Static Members
Static Fields and Properties

You already know how to create a field and property, like:

class Forest { private string definition; public string Definition { get { return definition; } set { definition = value; } } }

The definition of what a forest is applies to all Forest objects, not just one — there should only be one value for the whole class. This is a good use case for a static field/property.

To make a static field and property, just add static after the access modifier (public or private).

class Forest { private static string definition; public static string Definition { get { return definition; } set { definition = value; } } }

Remember that static means “associated with the class, not an instance”. Thus any static member is accessed from the class, not an instance:

static void Main(string[] args) { Console.WriteLine(Forest.Definition); }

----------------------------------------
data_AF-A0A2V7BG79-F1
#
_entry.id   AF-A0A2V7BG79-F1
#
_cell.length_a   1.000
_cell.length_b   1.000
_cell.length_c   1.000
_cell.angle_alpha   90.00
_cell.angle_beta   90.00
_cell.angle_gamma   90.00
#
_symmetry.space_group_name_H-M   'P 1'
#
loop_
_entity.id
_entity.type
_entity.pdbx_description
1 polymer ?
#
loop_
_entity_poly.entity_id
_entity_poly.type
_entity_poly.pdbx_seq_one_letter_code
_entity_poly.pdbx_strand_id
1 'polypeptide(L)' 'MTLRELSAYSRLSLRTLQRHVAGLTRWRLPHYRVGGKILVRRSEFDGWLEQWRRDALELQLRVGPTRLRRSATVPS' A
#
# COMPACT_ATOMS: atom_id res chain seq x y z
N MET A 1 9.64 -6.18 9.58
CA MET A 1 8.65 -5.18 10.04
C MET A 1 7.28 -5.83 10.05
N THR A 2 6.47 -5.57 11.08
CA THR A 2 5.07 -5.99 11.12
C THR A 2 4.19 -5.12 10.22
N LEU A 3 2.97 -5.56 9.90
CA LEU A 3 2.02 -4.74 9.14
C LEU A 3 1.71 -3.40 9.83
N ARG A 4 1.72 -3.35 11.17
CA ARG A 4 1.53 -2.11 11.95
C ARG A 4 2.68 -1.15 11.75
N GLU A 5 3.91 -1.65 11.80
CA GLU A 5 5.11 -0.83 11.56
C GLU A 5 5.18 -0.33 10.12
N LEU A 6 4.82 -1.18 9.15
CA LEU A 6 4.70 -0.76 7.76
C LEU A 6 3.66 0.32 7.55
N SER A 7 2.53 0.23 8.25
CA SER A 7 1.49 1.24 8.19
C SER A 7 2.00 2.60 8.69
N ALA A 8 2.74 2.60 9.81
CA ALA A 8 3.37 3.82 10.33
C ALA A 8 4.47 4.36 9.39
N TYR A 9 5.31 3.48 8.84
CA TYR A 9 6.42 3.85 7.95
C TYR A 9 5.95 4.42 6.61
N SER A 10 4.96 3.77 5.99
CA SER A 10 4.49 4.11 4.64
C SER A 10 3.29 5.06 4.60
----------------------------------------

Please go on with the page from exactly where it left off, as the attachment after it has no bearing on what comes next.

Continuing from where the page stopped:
If you tried to access a static member from an instance (like f.Definition) you would get an error like:

error CS0176: Static member 'Forest.Definition' cannot be accessed with an instance reference, qualify it with a type name instead



In the previous exercise we mentioned storing the count of all Forest objects. We’ll use a static field and property to store that. Define a private static field named forestsCreated.


Define a public static property named ForestsCreated. Give it a public getter and private setter.


In the first constructor, increment ForestsCreated. This will add 1 to the property every time an object is constructed.

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